Abstract and Keywords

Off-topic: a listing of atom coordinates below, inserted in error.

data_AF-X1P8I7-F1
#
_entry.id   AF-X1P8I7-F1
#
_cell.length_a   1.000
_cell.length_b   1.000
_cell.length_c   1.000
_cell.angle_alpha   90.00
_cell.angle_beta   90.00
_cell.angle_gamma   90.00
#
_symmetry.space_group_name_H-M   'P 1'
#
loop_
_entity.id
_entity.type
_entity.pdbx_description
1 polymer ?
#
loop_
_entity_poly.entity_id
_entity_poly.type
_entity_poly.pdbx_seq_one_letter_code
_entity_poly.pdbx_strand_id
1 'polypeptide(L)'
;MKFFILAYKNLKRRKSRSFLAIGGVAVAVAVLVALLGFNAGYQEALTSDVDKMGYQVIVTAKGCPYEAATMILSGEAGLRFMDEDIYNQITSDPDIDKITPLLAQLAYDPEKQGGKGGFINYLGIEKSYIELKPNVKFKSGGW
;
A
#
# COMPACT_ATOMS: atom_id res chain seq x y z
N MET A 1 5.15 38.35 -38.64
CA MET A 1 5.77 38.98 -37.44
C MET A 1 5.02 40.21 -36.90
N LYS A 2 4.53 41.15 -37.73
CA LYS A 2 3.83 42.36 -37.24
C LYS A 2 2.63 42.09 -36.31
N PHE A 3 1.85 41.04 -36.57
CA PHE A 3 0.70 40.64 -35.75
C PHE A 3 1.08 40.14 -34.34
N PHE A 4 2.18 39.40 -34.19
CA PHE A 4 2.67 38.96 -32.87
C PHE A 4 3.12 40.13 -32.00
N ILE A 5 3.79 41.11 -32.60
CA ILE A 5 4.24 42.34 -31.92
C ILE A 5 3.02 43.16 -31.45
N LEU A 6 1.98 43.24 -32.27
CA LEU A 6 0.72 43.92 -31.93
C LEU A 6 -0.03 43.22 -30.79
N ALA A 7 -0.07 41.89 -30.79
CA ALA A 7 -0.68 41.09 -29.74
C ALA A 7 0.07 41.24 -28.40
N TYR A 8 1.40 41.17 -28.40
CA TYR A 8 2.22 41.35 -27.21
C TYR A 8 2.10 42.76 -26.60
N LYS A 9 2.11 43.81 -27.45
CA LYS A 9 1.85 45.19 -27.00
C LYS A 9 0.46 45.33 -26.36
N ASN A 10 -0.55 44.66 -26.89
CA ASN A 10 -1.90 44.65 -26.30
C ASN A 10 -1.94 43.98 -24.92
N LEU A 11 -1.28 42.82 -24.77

This article focuses on the access objective of urban planning. It aims to articulate a clear role for measures of metropolitan accessibility, and to demonstrate the utility of these measures in informing and influencing policy. The article describes the use and measurement of accessibility for metropolitan areas, evaluates the current state of knowledge and literature, and identifies important issues about measurement. It suggests that problem definitions should be reformed to bring them in line with current transportation goals and argues that the concept of accessibility may offer a compelling, attractive, and alternative basis for policies related to the built environment when operationalized using cumulative-opportunities measures.
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